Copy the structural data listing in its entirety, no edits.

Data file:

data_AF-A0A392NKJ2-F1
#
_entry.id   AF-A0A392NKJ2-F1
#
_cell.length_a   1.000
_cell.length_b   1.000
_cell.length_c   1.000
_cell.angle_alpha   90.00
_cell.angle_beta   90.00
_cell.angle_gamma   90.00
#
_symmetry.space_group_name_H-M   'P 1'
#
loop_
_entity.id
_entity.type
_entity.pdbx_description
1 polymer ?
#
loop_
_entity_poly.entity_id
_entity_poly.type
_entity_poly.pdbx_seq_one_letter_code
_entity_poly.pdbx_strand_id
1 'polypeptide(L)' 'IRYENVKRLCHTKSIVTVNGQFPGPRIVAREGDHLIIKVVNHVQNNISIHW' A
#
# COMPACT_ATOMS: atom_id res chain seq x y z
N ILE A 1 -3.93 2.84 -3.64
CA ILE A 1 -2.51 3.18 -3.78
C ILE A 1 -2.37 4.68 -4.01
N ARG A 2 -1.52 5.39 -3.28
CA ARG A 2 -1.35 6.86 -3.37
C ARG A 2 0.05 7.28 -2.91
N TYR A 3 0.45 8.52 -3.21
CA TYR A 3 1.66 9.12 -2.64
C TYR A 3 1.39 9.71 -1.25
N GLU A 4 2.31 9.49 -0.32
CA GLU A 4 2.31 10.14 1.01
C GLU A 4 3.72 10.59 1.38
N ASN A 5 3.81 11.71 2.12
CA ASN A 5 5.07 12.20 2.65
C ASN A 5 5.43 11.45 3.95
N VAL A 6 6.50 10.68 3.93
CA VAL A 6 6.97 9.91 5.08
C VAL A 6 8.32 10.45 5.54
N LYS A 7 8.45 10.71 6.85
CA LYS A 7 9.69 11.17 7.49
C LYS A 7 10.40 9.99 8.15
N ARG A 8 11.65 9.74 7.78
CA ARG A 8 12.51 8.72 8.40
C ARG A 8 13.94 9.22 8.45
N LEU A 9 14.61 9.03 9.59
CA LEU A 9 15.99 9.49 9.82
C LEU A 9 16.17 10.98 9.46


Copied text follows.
data_AF-A0A392NKJ2-F1
#
_entry.id   AF-A0A392NKJ2-F1
#
_cell.length_a   1.000
_cell.length_b   1.000
_cell.length_c   1.000
_cell.angle_alpha   90.00
_cell.angle_beta   90.00
_cell.angle_gamma   90.00
#
_symmetry.space_group_name_H-M   'P 1'
#
loop_
_entity.id
_entity.type
_entity.pdbx_description
1 polymer ?
#
loop_
_entity_poly.entity_id
_entity_poly.type
_entity_poly.pdbx_seq_one_letter_code
_entity_poly.pdbx_strand_id
1 'polypeptide(L)' 'IRYENVKRLCHTKSIVTVNGQFPGPRIVAREGDHLIIKVVNHVQNNISIHW' A
#
# COMPACT_ATOMS: atom_id res chain seq x y z
N ILE A 1 -3.93 2.84 -3.64
CA ILE A 1 -2.51 3.18 -3.78
C ILE A 1 -2.37 4.68 -4.01
N ARG A 2 -1.52 5.39 -3.28
CA ARG A 2 -1.35 6.86 -3.37
C ARG A 2 0.05 7.28 -2.91
N TYR A 3 0.45 8.52 -3.21
CA TYR A 3 1.66 9.12 -2.64
C TYR A 3 1.39 9.71 -1.25
N GLU A 4 2.31 9.49 -0.32
CA GLU A 4 2.31 10.14 1.01
C GLU A 4 3.72 10.59 1.38
N ASN A 5 3.81 11.71 2.12
CA ASN A 5 5.07 12.20 2.65
C ASN A 5 5.43 11.45 3.95
N VAL A 6 6.50 10.68 3.93
CA VAL A 6 6.97 9.91 5.08
C VAL A 6 8.32 10.45 5.54
N LYS A 7 8.45 10.71 6.85
CA LYS A 7 9.69 11.17 7.49
C LYS A 7 10.40 9.99 8.15
N ARG A 8 11.65 9.74 7.78
CA ARG A 8 12.51 8.72 8.40
C ARG A 8 13.94 9.22 8.45
N LEU A 9 14.61 9.03 9.59
CA LEU A 9 15.99 9.49 9.82
C LEU A 9 16.17 10.98 9.46